Undercover dog poo patrols are planned in Cork city, as part of a new campaign to tackle dog fouling there.
Litter wardens from Cork City Council will report for duty in civilian clothes to carry out out-of-hours enforcement in areas of the city which have been identified as dog-fouling blackspots.
David Joyce the the director of operations for the city council.
He told Newstalk Breakfast the pilot scheme will be run for a number of nights.
"As part of the Lord Mayor's 'Keep Cork Clean' initiatives, we're piloting some undercover work in relation to tackling dog fouling, particularly in recreational facilities and other areas across the city.
"Our litter wardens are going to go out and undertake these patrols, so we're trying this now as a pilot for a number of nights to see if there's any impact if they go out outside uniform, outside of normal working hours".
He said ideally they would not need such measures.
"Dog fouling is always an issues across the city for the last number of years.
"My goal is not to be out issuing fines for dog fouling, or for litter offences, for that matter.
"My goal is for Cork to be a clean city - my preference is that I'm not out issuing fines, because there's no fines to be issued because people are compliant and respect their city.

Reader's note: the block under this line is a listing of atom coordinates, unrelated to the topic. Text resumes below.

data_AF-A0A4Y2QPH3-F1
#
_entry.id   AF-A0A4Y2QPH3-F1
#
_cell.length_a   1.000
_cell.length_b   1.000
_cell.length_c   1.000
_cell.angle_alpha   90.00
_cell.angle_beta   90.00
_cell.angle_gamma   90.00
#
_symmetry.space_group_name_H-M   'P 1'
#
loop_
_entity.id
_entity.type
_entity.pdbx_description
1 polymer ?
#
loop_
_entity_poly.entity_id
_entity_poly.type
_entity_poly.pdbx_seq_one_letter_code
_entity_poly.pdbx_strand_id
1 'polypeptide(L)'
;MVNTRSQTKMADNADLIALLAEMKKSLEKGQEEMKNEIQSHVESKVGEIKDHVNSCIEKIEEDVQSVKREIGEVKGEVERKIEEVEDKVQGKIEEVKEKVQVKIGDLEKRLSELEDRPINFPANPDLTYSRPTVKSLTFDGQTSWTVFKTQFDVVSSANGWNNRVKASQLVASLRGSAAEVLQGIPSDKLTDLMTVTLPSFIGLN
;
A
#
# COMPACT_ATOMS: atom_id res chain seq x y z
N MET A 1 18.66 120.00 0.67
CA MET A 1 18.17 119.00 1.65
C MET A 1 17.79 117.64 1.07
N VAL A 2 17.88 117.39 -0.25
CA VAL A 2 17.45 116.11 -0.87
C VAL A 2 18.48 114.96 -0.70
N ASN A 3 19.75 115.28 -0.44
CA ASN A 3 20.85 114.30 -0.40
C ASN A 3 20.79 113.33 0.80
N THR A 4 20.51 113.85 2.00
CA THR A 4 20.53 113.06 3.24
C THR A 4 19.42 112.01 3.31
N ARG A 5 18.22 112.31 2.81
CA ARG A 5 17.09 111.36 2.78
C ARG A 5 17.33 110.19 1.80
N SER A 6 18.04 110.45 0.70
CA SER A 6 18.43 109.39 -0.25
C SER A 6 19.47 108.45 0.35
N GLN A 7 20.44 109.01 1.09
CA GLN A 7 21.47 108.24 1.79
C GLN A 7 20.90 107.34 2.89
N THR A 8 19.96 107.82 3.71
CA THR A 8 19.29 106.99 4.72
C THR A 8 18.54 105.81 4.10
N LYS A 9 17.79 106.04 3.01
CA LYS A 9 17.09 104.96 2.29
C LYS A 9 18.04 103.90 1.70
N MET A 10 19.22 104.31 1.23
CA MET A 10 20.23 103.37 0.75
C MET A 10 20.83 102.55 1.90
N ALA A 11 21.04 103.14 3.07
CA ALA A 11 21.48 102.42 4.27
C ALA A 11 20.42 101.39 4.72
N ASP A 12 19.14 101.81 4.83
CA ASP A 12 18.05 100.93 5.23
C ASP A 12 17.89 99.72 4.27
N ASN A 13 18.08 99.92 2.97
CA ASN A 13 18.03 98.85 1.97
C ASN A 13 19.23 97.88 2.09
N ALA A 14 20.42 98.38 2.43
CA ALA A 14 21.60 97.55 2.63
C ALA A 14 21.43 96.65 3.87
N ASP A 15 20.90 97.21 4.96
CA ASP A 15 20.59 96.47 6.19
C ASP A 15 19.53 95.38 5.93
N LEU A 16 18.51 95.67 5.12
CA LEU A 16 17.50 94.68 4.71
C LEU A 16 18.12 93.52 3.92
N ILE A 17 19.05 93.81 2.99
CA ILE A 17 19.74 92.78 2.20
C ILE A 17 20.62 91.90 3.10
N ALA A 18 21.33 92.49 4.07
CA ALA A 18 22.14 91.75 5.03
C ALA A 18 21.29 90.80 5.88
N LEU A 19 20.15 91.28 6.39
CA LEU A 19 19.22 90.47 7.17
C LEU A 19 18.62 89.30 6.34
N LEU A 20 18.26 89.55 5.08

"But unfortunately at this point in time people don't: a lot of people do, the vast majority do, but there's a minority who don't.
"And I need to tackle that, I need to ensure that we make the city as clean as possible for citizens and communities and businesses across the city".
Other parts of the country have recently also suggested new ways to tackle the problem.
Limerick Councillor Jerome Scanlan has said a new by-law could see it compulsory for poo bags to be attached to dog leads when they are being taken for a walk.
Back in March he said while signs from the council have helped, dog wardens are going one step further.
"The dog warden in a lot of cases now actually enters into conversation with the walker and just enquiries if they're carrying a poo bag.
"And if they're not, they're reminded of their responsibility and given a bag".
These are paid for by the local council, as Councillor Scanlan explained.
"We want to clean up the footpaths and it's cheaper [to] give out bags and see the footpaths maintained well, rather than employ people to clean the footpaths".